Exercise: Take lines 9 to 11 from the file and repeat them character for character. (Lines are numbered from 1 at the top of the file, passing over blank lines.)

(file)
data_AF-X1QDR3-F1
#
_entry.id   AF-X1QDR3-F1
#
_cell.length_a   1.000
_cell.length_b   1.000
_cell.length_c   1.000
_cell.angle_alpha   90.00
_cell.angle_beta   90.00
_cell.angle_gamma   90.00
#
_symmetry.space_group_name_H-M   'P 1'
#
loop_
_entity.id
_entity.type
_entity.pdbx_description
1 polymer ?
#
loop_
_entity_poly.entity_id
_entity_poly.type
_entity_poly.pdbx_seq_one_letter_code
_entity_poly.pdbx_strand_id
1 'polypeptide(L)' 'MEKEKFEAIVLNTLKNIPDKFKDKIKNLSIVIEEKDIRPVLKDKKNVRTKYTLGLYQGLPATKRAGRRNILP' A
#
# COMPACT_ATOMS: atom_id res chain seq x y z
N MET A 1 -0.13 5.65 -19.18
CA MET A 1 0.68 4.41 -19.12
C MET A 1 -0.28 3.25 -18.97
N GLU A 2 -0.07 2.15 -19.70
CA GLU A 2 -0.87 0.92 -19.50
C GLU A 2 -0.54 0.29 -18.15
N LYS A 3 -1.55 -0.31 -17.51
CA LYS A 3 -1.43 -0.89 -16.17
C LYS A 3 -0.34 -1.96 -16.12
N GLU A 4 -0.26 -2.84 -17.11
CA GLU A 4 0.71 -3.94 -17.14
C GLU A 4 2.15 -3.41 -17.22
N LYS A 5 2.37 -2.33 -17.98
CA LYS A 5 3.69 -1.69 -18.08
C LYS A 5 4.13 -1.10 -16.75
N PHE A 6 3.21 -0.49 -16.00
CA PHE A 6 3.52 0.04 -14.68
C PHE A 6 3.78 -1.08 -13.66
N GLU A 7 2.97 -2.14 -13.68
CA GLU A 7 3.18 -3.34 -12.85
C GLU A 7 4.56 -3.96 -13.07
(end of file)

_cell.angle_beta   90.00
_cell.angle_gamma   90.00
#